Afghanistan’s new government faced a daunting set of economic and social challenges, caused by almost three decades of conflict, when it took over after the Taliban fell in late 2001. The international community stood ready and pledged to support Afghanistan’s new leadership in the reconstruction of the country. With the help of its international friends the Afghan government succeeded in achieving significant progress in key areas and sectors throughout the country.
The government of Afghanistan initiated the Kabul Process in 2010 to further ensure full support to the Afghan leadership and its responsibility for the development of Afghanistan. The Afghan government initiated 23 National Priority Programs (NPPs) covering such areas as governance, service delivery and infrastructure. The government asked donors to align their programs with the NPPs to coordinate and target development efforts in support of principles of aid effectiveness. The government and agreed with donors that at least 80% of donor assistance would be in line with these priorities even while accepting that not all the NPPs, or all components of NPPs, would be fully financed.
The next decade will be critical for Afghanistan. The country will experience a transition from international forces to national forces in the provision of security in 2014. The next decade is viewed as a “Decade of Transformation” as the country moves towards sustainable domestic revenues and economic growth. The continuing support of the international community will be critical to ensure the success of this process.
The ARTF is the largest contributor to the Afghan budget, for both operating costs and development programs. ARTF’s support for NPPs, for operating costs of government operations, and for the policy reform agenda is contributing to the achievement of the Afghanistan National Development Strategy. In addition, the specific objectives of ARTF are to:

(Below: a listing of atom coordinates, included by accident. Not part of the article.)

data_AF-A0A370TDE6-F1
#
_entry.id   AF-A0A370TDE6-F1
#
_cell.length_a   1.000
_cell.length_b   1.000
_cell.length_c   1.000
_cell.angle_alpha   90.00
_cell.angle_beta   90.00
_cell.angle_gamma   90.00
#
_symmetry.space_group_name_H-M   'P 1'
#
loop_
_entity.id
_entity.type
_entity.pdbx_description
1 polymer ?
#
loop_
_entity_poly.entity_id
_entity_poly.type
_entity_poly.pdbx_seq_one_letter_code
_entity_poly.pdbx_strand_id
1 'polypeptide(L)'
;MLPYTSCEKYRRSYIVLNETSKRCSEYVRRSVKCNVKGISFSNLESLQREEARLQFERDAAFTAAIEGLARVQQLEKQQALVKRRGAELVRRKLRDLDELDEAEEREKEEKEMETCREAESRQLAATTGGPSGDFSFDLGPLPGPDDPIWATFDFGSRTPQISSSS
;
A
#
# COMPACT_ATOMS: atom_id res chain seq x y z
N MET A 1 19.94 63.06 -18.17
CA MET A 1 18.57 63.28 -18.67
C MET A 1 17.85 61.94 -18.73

- Position the national budget as the key vehicle to align the reconstruction program with national development objectives;
- Promote transparency and accountability of reconstruction assistance;
- Reduce the burden on limited government capacity while promoting capacity-building over time;
- Enhance donor coordination for financing and policy dialogue.
ARTF support has contributed to improving the lives of millions of Afghans across the country, including in the areas of health, education, rural development, and public finance management.
Direct beneficiaries under ARTF projects: The approximate current number of beneficiaries of the ARTF is 7.9 million people for all the projects, not including the National Solidarity Program (NSP), with 38% female beneficiaries. NSP is currently reaching 21 million beneficiaries, of which 35% are female.
Today’s Increase in Access to Basic Services:
- Access to Education: 7,700,000 (38% female)
- Access to Electricity: 3,200,000
- Access to Roads: 5,700,000
- Access to Water and Sanitation Services: 4,800,000
Today’s Access to Livelihoods and Jobs:
- Access to employment: 1,596 EG members and 1,208 NIMA graduates (30% female)
- Access to short-term employment: 38.5 million labor days
- Access to savings and enterprise support: 35,231 (50% female)
- Access to agricultural and/or irrigation services: 178,000 (50% female)/ 3,300,000